The activity saw vans driving around London featuring handcuffs next to text stating “In the UK illegally? Go home or face arrest”. It also trumpeted the number of arrests made in the area the van was circulating.
The campaign sparked 224 complaints, including those from groups representing migrants in the UK, legal academics and Labour peer Lord Lipsey. They challenged whether the poster was “offensive” and “distressing” because it was reminiscent of slogans used by racist groups to attack immigrants in the past and whether it was “irresponsible” and “harmful” because it could incite or exacerbate racial hatred and tensions in multicultural communities.
Separately, some complaints challenged whether the claim “106 arrests last week in your area” was “misleading” and could be substantiated – particularly because the qualification in small print about the period and areas in which these arrests allegedly took place was not legible on a moving vehicle.
The Advertising Standards Authority (ASA) banned the campaign on the basis that it was misleading.
The watchdog considered most people would assume the claim “in your area” would refer to the locality or borough in which they saw the poster – not a significant part of North London – and that the data in the ad did not relate to the week prior to the vans appearing, meaning it was likely to mislead.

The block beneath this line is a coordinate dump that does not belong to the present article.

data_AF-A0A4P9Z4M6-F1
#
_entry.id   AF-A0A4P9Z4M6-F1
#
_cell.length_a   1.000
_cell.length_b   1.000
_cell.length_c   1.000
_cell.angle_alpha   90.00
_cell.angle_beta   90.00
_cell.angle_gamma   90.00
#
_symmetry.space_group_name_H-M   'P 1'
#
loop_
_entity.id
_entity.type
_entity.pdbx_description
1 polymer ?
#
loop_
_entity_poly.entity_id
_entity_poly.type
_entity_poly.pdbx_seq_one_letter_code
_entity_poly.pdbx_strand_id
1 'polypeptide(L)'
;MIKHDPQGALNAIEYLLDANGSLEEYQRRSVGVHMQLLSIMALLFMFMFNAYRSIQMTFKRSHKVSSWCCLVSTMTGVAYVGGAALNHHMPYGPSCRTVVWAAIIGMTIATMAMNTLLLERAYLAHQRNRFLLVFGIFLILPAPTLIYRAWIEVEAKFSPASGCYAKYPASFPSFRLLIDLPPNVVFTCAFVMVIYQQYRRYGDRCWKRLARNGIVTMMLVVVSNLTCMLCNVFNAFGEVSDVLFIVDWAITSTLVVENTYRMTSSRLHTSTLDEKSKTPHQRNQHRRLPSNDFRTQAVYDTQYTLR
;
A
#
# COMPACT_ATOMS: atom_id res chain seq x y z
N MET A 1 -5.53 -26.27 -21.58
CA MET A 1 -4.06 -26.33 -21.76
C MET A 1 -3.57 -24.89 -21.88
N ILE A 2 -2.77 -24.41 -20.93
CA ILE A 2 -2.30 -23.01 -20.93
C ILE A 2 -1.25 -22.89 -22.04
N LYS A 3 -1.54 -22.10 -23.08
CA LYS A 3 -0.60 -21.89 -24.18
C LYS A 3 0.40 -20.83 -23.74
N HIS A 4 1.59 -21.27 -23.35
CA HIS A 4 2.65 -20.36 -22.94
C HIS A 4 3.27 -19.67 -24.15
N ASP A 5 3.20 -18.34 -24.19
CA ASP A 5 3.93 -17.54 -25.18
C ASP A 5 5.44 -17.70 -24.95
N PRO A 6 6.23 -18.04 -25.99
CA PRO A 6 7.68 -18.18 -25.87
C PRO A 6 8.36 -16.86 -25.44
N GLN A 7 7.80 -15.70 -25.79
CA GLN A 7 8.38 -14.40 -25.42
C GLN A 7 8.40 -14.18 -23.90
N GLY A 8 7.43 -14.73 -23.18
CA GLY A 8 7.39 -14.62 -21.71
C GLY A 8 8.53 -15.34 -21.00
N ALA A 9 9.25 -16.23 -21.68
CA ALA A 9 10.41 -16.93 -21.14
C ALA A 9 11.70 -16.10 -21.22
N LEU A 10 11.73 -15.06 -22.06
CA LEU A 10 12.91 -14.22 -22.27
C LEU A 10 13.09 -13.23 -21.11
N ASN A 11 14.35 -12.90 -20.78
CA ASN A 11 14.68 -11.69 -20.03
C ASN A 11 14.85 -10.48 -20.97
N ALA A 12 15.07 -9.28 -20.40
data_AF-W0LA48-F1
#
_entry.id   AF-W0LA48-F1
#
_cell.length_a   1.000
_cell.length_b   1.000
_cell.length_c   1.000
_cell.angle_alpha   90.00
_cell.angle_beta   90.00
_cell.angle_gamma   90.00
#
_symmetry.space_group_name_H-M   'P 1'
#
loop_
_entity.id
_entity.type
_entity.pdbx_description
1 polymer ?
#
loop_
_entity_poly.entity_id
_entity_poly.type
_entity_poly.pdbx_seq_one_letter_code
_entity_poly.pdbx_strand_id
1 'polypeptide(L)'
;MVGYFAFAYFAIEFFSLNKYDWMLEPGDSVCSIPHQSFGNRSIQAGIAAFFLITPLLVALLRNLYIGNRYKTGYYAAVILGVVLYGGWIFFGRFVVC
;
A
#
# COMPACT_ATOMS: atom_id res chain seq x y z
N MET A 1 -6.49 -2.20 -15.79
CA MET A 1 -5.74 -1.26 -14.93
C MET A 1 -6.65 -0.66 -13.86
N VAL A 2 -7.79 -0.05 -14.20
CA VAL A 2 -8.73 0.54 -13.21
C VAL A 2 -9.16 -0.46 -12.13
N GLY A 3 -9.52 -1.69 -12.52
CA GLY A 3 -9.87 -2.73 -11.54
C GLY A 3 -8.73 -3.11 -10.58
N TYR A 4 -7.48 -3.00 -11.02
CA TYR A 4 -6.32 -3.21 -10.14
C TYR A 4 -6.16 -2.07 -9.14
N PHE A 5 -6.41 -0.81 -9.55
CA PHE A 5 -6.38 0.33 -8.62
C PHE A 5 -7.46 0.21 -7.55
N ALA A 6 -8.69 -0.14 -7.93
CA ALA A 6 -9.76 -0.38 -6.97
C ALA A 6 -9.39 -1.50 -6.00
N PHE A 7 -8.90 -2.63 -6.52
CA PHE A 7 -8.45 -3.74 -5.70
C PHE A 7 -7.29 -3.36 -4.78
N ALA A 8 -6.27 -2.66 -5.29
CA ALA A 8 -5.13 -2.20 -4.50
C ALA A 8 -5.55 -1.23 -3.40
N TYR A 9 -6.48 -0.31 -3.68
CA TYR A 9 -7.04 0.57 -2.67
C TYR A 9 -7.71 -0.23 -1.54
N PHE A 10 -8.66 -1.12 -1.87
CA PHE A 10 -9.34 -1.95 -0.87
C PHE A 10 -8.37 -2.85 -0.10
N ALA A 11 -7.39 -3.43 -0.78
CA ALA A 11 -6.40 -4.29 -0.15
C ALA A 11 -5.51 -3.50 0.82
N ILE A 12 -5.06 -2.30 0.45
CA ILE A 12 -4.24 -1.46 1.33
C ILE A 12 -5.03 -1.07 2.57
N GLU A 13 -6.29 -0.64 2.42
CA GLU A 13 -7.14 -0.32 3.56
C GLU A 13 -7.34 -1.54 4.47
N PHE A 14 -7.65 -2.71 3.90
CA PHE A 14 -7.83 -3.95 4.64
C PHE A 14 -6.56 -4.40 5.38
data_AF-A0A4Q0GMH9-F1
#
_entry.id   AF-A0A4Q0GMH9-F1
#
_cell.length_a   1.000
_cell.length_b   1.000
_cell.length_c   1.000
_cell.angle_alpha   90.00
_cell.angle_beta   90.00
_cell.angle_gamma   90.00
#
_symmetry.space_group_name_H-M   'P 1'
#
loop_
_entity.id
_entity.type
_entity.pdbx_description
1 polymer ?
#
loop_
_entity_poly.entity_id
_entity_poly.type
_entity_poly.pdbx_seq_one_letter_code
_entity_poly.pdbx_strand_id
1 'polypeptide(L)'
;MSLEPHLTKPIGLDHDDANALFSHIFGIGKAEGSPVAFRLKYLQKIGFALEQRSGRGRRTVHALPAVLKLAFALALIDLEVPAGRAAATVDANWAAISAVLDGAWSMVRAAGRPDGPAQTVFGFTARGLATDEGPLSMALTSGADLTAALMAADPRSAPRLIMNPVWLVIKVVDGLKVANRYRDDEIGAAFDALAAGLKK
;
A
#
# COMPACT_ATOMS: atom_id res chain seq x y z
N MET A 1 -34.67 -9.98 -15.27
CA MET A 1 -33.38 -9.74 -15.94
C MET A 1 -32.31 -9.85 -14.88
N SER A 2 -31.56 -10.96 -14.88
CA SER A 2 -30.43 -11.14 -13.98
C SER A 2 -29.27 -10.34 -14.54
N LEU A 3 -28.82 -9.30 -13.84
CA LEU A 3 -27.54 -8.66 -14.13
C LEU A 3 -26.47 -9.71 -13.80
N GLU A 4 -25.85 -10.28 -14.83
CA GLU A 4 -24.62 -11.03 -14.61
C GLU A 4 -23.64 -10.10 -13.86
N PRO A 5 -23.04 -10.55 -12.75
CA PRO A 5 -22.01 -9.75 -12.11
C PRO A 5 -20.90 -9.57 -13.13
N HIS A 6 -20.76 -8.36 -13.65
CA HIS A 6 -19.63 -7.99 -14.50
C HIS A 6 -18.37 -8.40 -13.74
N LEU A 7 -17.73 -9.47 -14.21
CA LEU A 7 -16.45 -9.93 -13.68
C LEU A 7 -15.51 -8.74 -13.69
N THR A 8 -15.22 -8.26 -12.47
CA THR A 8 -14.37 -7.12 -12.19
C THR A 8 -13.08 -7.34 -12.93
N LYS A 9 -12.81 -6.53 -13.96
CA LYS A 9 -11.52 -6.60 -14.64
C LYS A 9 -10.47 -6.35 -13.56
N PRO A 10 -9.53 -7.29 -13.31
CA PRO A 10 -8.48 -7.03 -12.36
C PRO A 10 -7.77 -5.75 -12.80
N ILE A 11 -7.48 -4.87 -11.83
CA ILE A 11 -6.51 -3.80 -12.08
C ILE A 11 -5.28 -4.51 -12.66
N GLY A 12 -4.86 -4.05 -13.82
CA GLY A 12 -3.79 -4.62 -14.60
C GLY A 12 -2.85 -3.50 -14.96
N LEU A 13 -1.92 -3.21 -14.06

The ASA also said most viewers of the ad would not have enough time to read the qualification about the areas and week in which the area took place, especially given the size of the small print.
When considering the ad’s likelihood to offend, the ASA said while the poster and the phrase “Go home” may be distasteful to some in the context of an ad addressed to illegal immigrants, it was unlikely to cause serious or widespread distress. It did note, however, phrasing such as “Return home” could have been used instead to prevent such a reaction.
The ASA also concluded the poster was unlikely to condone or encourage violence or anti-social behaviour in multi-cultural communities because the message was clearly addressed to “illegal immigrants” rather than a message based on race or ethnicity to “non-naturalised” immigrants who were in the UK legally or are UK citizens.
A Home Office spokesman said of the adjudication: “We are pleased the ASA have concluded that our pilot was neither offensive nor irresponsible. We have always been clear that this campaign was about encouraging illegal immigrants to leave the country voluntarily and was not targeted at particular racial or ethnic groups.”
In its response to complaints, The Home Office said the message was “in no way racist” and that the Metropolitan Police confirmed there were no increases in community tension indicators in the pilot boroughs for the campaign or elsewhere in London during the period the posters were displayed. A YouGov poll conducted on 13 August found 66 per cent of people did not consider the posters racist, The Home Office added.